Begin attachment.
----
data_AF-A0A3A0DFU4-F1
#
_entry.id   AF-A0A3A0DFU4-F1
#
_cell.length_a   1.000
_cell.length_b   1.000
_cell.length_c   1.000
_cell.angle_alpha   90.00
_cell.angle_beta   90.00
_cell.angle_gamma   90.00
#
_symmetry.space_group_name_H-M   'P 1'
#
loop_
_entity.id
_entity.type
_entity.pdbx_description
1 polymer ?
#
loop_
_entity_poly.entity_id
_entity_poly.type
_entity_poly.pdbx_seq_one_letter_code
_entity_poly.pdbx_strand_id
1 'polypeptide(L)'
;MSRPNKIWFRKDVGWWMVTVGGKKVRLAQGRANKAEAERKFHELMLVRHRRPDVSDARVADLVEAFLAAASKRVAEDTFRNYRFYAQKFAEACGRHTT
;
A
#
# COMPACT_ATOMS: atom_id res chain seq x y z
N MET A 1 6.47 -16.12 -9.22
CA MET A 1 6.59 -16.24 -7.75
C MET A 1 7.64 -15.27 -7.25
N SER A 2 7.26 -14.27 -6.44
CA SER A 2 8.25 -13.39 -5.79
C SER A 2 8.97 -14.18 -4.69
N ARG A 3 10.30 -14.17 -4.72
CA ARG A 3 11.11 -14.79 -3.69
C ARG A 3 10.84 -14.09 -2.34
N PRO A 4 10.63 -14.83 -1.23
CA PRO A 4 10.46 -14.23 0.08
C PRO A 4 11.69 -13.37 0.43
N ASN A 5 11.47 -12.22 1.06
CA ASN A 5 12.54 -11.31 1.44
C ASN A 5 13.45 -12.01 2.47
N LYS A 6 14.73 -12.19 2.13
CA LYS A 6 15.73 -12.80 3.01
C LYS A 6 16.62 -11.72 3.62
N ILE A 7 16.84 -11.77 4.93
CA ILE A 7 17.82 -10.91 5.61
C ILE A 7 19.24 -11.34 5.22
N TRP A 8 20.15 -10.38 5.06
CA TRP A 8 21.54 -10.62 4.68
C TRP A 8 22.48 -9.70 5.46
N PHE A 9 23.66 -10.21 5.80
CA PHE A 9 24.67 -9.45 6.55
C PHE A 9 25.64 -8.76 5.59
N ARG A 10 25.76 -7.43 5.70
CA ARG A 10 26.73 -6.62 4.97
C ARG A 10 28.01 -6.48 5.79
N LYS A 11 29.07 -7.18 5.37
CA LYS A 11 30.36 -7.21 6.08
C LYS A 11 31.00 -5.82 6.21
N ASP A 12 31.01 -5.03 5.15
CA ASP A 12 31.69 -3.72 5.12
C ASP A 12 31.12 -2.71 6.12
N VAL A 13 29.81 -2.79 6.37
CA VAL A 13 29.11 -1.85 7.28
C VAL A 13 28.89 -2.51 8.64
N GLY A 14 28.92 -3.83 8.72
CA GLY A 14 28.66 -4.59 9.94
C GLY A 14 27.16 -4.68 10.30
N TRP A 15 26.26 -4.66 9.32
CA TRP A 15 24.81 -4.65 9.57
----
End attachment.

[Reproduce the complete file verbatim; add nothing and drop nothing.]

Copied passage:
data_AF-A0A3A0DFU4-F1
#
_entry.id   AF-A0A3A0DFU4-F1
#
_cell.length_a   1.000
_cell.length_b   1.000
_cell.length_c   1.000
_cell.angle_alpha   90.00
_cell.angle_beta   90.00
_cell.angle_gamma   90.00
#
_symmetry.space_group_name_H-M   'P 1'
#
loop_
_entity.id
_entity.type
_entity.pdbx_description
1 polymer ?
#
loop_
_entity_poly.entity_id
_entity_poly.type
_entity_poly.pdbx_seq_one_letter_code
_entity_poly.pdbx_strand_id
1 'polypeptide(L)'
;MSRPNKIWFRKDVGWWMVTVGGKKVRLAQGRANKAEAERKFHELMLVRHRRPDVSDARVADLVEAFLAAASKRVAEDTFRNYRFYAQKFAEACGRHTT
;
A
#
# COMPACT_ATOMS: atom_id res chain seq x y z
N MET A 1 6.47 -16.12 -9.22
CA MET A 1 6.59 -16.24 -7.75
C MET A 1 7.64 -15.27 -7.25
N SER A 2 7.26 -14.27 -6.44
CA SER A 2 8.25 -13.39 -5.79
C SER A 2 8.97 -14.18 -4.69
N ARG A 3 10.30 -14.17 -4.72
CA ARG A 3 11.11 -14.79 -3.69
C ARG A 3 10.84 -14.09 -2.34
N PRO A 4 10.63 -14.83 -1.23
CA PRO A 4 10.46 -14.23 0.08
C PRO A 4 11.69 -13.37 0.43
N ASN A 5 11.47 -12.22 1.06
CA ASN A 5 12.54 -11.31 1.44
C ASN A 5 13.45 -12.01 2.47
N LYS A 6 14.73 -12.19 2.13
CA LYS A 6 15.73 -12.80 3.01
C LYS A 6 16.62 -11.72 3.62
N ILE A 7 16.84 -11.77 4.93
CA ILE A 7 17.82 -10.91 5.61
C ILE A 7 19.24 -11.34 5.22
N TRP A 8 20.15 -10.38 5.06
CA TRP A 8 21.54 -10.62 4.68
C TRP A 8 22.48 -9.70 5.46
N PHE A 9 23.66 -10.21 5.80
CA PHE A 9 24.67 -9.45 6.55
C PHE A 9 25.64 -8.76 5.59
N ARG A 10 25.76 -7.43 5.70
CA ARG A 10 26.73 -6.62 4.97
C ARG A 10 28.01 -6.48 5.79
N LYS A 11 29.07 -7.18 5.37
CA LYS A 11 30.36 -7.21 6.08
C LYS A 11 31.00 -5.82 6.21
N ASP A 12 31.01 -5.03 5.15
CA ASP A 12 31.69 -3.72 5.12
C ASP A 12 31.12 -2.71 6.12
N VAL A 13 29.81 -2.79 6.37
CA VAL A 13 29.11 -1.85 7.28
C VAL A 13 28.89 -2.51 8.64
N GLY A 14 28.92 -3.83 8.72
CA GLY A 14 28.66 -4.59 9.94
C GLY A 14 27.16 -4.68 10.30
N TRP A 15 26.26 -4.66 9.32
CA TRP A 15 24.81 -4.65 9.57